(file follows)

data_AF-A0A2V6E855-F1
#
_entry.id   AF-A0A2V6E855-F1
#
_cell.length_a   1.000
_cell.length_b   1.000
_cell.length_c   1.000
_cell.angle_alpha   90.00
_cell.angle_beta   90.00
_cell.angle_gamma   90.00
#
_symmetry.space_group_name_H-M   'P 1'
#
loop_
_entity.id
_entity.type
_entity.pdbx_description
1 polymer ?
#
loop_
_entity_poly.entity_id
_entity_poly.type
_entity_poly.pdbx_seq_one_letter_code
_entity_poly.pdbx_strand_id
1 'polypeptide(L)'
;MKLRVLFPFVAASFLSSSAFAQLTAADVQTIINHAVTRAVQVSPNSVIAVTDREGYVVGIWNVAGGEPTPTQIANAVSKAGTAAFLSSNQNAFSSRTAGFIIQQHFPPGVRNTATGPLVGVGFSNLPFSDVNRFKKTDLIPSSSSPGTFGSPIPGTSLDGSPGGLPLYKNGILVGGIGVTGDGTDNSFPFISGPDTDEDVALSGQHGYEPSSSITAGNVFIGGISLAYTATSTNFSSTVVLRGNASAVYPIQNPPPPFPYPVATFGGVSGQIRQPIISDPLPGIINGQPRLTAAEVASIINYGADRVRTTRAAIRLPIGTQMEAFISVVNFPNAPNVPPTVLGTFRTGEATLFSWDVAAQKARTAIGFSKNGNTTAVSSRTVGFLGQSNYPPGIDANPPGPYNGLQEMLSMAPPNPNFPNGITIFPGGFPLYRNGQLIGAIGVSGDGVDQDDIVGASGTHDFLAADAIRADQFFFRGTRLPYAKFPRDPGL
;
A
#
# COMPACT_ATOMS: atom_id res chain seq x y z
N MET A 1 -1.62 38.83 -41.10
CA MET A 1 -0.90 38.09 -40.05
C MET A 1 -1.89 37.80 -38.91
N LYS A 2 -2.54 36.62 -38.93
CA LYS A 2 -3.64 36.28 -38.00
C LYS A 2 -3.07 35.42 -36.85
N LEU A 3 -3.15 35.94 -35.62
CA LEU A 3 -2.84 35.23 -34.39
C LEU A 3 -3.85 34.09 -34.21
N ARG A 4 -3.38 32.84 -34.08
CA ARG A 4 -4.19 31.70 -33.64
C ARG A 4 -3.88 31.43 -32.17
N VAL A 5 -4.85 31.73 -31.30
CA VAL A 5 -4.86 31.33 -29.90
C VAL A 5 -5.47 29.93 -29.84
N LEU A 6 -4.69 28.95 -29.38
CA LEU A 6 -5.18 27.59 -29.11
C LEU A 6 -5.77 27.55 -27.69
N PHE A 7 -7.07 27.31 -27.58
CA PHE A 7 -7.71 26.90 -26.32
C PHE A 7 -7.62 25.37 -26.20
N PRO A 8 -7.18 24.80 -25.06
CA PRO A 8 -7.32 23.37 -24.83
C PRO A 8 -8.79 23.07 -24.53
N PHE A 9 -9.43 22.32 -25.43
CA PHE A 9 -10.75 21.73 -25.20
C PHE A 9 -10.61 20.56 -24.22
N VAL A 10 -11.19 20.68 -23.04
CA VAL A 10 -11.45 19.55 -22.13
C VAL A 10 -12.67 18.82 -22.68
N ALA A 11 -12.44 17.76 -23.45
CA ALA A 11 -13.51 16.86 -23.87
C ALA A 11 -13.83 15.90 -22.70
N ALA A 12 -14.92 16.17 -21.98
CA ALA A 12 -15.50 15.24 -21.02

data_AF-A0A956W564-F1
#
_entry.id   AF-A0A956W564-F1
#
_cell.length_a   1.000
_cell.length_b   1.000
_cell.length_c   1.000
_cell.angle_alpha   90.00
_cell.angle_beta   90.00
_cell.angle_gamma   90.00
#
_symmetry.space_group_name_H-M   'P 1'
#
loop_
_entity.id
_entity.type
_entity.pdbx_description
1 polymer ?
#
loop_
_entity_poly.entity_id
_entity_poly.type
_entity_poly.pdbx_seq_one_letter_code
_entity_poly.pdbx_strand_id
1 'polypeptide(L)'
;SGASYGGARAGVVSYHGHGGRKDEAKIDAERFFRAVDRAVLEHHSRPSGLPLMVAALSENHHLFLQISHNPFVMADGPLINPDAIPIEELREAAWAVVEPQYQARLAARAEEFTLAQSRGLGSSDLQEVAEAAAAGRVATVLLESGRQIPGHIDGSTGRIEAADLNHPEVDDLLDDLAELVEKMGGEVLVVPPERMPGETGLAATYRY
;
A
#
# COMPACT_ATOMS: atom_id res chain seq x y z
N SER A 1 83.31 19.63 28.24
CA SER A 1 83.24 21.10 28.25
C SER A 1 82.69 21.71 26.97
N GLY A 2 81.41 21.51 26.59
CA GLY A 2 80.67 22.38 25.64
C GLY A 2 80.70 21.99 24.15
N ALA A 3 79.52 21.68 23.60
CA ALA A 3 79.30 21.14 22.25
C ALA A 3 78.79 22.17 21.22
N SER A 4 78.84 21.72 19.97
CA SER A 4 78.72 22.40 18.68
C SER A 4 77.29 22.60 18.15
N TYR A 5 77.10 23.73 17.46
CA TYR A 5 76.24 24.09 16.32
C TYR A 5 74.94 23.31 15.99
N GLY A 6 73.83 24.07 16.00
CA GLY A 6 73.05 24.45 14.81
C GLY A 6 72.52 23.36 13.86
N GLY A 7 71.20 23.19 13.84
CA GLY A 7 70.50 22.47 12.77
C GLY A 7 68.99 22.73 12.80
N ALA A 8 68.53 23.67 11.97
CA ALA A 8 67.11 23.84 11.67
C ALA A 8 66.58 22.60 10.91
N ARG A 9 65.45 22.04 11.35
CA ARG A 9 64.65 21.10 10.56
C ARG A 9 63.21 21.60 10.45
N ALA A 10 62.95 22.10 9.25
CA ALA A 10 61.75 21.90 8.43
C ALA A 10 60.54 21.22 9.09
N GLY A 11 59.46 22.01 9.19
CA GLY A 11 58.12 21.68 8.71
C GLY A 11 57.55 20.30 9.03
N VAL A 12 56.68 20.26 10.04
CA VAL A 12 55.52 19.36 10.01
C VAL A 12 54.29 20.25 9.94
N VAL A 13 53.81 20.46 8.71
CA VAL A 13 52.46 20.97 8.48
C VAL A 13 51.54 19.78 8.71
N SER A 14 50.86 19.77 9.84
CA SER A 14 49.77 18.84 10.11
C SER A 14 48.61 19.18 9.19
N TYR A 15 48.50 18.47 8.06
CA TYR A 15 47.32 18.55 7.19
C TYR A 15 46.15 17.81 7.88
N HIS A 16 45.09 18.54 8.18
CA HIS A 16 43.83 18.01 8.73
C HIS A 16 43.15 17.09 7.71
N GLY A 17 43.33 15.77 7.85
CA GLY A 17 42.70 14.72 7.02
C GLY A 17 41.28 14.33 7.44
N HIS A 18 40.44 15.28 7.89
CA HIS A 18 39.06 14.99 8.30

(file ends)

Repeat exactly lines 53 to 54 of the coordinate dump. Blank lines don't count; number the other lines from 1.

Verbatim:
CA PRO A 8 -7.32 23.37 -24.83
C PRO A 8 -8.79 23.07 -24.53